Tuesday, August 27, 2019

Forgiving the Perception of the Amazon Fires

When you suspect the whole universe is fake, it is easy to suspect that any story told about the universe is fake too. So when I saw stories starting to go around talking about the Amazon rain forest burning, I knew, if I just waited a bit, certain smart people I've come to trust on such subjects would sort through the misinformation to reveal the truth...or at least the true enough. And that is what happened with the Amazon burning story.

So much of what was circulating was fake, even the photos weren't accurate. Just the premise of a rain forest burning doesn't make sense; if forests burn such forests aren't really rain forests. It turned out that the fires were mainly in agricultural areas as farmers prepared their land for planting. Most land was cleared in the past. That's normal stuff. Not exactly good but still nothing new. And not even much above average. The bigger fire month is September. Even the New York Times had the integrity to call BS: https://www.nytimes.com/interactive/2019/08/24/world/americas/amazon-rain-forest-fire-maps.html?smid=tw-nytimes&smtyp=cur

Here are the current fire stats and historical information from Brasil: http://queimadas.dgi.inpe.br/queimadas/portal-static/estatisticas_paises/

Like I said, normal still isn't exactly good. Forests suck up 2.4 billion metric tons of CO2 each year, with the Amazon absorbing a quarter of that total. That makes the Amazon an important CO2 sink. The good news though is that the CO2 cycle is still not fully understood. So there are still some potentially positive surprises to discover. For instance, grasslands and rangelands can sometimes be better carbon sinks than forests since they drive CO2 underground instead of store carbon mostly above ground in trunks and leaves where burning can release it. Trees are still very good but not the only option. Cutting down forests, using the wood and replanting the trees also has a lot of potential since young trees are a much bigger CO2 sink than older trees.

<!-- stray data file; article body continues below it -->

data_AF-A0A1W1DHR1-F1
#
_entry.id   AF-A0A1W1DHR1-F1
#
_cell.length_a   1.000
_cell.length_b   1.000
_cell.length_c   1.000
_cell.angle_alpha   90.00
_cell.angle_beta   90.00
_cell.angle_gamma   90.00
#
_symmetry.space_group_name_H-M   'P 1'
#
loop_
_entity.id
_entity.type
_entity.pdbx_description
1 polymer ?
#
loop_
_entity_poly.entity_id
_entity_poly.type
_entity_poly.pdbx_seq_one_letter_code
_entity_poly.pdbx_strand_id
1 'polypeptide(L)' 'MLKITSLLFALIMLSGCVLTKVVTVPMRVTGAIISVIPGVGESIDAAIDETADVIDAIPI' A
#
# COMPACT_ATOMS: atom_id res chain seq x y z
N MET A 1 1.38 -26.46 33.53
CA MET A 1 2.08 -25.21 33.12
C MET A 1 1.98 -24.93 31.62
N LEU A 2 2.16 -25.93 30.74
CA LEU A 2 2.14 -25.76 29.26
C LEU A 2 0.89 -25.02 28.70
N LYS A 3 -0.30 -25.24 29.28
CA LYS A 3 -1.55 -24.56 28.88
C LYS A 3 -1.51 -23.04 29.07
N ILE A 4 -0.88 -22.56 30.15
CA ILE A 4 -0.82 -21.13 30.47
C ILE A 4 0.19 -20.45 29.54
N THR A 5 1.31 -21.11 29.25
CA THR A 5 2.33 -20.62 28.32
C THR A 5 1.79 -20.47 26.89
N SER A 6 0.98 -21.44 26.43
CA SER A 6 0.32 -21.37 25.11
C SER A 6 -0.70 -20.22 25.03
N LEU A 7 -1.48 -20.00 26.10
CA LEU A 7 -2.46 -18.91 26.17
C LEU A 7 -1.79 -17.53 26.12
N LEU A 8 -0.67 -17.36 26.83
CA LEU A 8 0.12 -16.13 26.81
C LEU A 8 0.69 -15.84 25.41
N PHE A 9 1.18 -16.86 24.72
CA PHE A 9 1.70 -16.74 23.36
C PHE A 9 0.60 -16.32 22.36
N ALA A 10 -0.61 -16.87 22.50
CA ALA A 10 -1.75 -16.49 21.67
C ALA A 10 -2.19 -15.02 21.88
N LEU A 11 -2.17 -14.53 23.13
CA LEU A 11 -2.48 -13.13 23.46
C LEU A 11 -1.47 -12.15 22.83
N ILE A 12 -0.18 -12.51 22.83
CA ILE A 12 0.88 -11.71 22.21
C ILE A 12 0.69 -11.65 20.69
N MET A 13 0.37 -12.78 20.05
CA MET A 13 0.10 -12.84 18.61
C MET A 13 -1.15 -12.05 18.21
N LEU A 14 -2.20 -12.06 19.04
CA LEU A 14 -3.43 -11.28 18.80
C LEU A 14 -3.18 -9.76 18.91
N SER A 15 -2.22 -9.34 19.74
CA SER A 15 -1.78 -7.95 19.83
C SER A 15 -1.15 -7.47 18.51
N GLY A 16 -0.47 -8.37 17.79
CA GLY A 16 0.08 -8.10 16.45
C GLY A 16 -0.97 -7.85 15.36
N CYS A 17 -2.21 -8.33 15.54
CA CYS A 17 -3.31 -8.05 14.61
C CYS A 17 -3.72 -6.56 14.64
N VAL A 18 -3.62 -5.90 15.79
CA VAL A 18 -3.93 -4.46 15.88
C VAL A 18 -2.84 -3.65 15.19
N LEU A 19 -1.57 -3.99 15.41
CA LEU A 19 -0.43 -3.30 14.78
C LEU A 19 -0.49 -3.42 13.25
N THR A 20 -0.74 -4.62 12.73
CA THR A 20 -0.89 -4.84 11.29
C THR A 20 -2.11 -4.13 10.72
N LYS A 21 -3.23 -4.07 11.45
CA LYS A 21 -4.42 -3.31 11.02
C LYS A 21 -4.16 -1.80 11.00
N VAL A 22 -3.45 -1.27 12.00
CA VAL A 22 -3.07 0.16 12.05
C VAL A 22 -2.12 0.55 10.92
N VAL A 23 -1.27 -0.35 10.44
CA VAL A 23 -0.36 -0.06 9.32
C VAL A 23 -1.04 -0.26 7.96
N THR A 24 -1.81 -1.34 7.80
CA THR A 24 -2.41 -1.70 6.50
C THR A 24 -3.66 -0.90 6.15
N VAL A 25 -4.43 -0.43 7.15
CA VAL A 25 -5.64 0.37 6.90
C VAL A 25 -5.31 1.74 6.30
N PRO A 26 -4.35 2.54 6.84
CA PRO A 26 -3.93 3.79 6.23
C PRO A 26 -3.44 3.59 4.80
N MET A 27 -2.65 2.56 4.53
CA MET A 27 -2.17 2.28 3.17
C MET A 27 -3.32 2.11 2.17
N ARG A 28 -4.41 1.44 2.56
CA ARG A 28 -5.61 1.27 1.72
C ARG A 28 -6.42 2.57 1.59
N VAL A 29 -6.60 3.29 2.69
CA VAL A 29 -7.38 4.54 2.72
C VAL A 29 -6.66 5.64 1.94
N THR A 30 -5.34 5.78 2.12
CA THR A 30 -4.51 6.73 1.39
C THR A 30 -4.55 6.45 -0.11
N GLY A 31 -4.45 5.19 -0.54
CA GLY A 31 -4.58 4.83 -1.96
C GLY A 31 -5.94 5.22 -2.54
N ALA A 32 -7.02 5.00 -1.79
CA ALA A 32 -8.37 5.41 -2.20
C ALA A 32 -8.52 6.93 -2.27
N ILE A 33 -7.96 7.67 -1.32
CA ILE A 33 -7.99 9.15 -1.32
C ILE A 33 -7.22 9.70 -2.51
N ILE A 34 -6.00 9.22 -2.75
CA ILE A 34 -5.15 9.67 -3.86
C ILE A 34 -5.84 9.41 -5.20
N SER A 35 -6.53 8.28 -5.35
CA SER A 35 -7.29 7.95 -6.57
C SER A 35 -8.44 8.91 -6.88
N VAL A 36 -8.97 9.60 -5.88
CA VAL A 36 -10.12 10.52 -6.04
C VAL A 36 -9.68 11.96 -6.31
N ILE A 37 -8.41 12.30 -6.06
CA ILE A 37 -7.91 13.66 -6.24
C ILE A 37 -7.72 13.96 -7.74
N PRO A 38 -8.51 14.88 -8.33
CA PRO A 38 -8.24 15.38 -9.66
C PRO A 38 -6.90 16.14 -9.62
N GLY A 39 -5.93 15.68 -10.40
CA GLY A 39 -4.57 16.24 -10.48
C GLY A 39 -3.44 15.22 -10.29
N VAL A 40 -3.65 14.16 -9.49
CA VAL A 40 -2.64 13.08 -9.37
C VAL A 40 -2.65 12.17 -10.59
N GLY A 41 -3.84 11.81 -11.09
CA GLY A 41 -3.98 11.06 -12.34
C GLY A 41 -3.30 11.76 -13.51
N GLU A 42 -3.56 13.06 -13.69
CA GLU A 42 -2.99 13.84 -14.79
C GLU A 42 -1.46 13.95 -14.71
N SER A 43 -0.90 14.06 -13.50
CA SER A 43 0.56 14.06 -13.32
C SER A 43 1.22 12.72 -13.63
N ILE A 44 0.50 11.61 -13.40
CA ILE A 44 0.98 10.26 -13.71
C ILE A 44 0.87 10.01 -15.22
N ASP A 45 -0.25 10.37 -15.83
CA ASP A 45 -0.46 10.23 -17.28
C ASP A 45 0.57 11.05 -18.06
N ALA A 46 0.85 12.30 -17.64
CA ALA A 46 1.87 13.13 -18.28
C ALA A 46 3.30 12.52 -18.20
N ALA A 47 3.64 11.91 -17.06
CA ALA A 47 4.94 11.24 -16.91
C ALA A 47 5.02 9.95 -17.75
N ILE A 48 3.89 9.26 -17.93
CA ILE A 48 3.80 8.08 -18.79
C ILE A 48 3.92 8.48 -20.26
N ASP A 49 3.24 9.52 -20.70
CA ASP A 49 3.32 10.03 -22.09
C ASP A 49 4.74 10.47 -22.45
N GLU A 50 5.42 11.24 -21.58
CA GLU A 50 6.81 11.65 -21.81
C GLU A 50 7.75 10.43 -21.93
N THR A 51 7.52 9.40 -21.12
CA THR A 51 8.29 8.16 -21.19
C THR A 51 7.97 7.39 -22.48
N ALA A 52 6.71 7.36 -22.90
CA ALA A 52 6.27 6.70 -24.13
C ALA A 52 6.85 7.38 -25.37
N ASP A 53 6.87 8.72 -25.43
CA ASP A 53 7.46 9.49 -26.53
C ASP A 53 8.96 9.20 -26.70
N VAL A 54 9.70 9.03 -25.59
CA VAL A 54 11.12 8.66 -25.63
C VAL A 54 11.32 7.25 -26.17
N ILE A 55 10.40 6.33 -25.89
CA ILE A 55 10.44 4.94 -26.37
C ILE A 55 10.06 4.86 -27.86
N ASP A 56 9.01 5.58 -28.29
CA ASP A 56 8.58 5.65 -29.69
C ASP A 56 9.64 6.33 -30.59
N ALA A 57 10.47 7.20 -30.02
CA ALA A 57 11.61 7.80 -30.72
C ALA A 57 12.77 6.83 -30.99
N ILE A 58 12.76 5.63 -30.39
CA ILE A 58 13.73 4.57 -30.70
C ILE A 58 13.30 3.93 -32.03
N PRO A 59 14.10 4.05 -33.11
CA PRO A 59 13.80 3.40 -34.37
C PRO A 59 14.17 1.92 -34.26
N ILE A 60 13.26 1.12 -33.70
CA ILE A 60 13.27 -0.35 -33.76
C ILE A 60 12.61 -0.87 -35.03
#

Circulating with the Amazon story was the bogus statistic that 20% of the earth's oxygen comes from the Amazon. That misinformation was spread by President Macron. To an untrained mind that stat seems believable, but a trained mind at the very least would know to be skeptical.

As skeptical environmentalist Bjorn Lomborg put it:
When people tell you the Amazon is the "lungs of the earth" they are just wrong. Ecosystems...including the Amazon...produce as much oxygen as they consume, thus their net production is about zero. Broeker pointed out long ago, that even if all plants, on land as well as at sea, were killed off and then decomposed, the process would consume less than 1 percent of the atmosphere’s oxygen.

Anyway, the Amazon burning is yet another lesson in not being fooled by the fake world and forgiving instead. Yes, protecting the environment from pollution and devastation is a wise thing to do for practical reasons. But there are many potential systems to use to get to the goal of a clean environment. And not all systems would work as well. Many potential systems would even have the opposite of the intended result. My personal preference for a system is extremely strong private property rights. If you can't pollute other peoples property, including the air above it and the water below it, pollution is merely a problem of the polluter. Instead, pollution is collectivized partly due to humans collectivizing around government. If the government allows pollution, you can't do much about it. And if a government pursues a faulty system for getting to the goal of a clean environment, you can't do much about that either...except suffer the consequences of the collective pursuit of a bad system.